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Quantum computing breakthrough could happen with just hundreds, not millions, of qubits using new error-correction system

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Quantum computers that are more powerful than the fastest supercomputers could be closer than experts have predicted, researchers from startup Nord Quantique argue. 

That's because the company has built an individual error-correcting physical qubit that could dramatically cut the number of qubits needed to achieve quantum advantage (which is where quantum computers are genuinely useful). 

Eventually, this could lead to a machine that achieves quantum supremacy — where a quantum computer is more powerful than classical computers.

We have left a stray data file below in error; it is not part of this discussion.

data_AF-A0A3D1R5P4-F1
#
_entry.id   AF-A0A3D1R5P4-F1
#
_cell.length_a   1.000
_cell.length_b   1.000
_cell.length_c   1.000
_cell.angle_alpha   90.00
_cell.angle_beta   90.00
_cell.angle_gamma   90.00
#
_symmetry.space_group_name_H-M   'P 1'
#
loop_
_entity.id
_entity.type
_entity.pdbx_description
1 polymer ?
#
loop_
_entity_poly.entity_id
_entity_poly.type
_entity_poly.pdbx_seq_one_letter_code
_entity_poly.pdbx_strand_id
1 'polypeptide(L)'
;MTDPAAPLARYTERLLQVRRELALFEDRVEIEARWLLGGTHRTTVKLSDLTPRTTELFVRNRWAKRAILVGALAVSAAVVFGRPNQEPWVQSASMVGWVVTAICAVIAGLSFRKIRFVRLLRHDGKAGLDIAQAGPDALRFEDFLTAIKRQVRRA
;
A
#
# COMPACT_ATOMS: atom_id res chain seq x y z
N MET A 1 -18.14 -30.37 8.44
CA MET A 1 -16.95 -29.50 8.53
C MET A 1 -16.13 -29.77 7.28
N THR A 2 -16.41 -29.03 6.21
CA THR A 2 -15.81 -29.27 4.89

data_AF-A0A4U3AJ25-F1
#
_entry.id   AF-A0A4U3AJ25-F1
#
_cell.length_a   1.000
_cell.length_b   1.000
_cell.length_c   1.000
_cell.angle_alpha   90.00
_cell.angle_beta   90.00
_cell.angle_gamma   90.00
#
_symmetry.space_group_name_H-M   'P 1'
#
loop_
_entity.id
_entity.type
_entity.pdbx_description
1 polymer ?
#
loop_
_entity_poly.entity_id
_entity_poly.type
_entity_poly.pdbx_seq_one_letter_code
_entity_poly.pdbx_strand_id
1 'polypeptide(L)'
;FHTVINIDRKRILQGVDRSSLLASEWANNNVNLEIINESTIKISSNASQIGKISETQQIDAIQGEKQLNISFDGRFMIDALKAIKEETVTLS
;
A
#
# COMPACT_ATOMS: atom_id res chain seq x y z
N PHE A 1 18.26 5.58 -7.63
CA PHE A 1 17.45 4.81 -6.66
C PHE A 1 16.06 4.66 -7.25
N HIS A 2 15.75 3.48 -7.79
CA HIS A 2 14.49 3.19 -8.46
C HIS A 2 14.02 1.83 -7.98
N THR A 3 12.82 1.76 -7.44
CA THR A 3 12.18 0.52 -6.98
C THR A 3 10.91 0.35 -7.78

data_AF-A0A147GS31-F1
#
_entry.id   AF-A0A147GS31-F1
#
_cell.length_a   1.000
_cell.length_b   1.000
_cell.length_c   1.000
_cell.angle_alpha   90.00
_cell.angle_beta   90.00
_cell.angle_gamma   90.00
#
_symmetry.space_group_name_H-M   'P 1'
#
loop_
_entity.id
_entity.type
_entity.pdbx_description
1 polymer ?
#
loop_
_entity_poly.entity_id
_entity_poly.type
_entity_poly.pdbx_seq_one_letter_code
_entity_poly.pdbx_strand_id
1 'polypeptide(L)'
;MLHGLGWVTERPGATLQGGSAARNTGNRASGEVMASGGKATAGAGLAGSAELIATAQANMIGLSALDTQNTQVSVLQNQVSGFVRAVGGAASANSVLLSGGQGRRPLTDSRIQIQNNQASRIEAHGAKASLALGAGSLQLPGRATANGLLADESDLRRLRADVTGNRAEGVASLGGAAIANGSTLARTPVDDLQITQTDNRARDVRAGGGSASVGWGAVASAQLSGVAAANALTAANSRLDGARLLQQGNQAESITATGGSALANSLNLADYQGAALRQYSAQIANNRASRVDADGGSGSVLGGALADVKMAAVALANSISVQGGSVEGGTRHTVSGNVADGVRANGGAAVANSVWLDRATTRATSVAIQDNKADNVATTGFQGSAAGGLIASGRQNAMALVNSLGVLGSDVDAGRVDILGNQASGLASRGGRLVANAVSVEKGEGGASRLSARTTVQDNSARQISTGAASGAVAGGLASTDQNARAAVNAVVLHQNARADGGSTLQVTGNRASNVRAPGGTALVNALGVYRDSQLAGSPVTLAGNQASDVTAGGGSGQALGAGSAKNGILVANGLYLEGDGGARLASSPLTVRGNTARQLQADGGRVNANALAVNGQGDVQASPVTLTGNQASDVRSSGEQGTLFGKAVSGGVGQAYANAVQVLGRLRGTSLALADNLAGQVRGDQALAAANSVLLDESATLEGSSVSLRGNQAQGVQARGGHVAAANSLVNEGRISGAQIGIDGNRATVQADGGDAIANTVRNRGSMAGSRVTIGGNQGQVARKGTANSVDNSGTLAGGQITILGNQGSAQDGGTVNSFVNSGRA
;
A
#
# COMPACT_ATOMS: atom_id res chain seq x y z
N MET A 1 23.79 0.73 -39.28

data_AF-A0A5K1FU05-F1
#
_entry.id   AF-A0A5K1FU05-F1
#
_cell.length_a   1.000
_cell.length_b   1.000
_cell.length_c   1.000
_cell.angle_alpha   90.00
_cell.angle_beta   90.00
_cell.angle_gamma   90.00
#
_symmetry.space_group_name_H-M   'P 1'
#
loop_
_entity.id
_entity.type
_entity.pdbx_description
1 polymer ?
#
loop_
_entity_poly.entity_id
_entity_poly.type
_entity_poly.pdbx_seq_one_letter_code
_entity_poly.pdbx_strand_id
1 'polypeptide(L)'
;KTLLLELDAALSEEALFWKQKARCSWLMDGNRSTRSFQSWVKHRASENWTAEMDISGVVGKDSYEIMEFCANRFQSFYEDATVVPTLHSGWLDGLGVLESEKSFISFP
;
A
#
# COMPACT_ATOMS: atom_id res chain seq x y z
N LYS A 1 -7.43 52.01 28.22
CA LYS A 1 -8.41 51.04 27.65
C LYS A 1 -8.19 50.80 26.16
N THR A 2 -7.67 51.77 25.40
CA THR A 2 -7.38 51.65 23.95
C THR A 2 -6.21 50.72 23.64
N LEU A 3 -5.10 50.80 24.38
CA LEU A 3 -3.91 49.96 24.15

Unlike classical bits that encode data as 1 or 0, qubits rely on the laws of quantum mechanics to achieve "coherence" and encode data as a superposition of 1 or 0 — meaning data is encoded in both states simultaneously. 

In quantum computers, multiple qubits can be stitched together through quantum entanglement — where qubits can share the same information no matter how far they are separated over time or space — to process calculations in parallel, while classical computers can only process calculations in sequence.   

But qubits are "noisy," meaning they are highly prone to interference from their environment, such as changes in temperature, which leads to high error rates. For that reason, they often need to be cooled to near absolute zero, but even then they can still fall into "decoherence" midway through calculations and fail due to external factors. 

Related: How could this new type of room-temperature qubit usher in the next phase of quantum computing?

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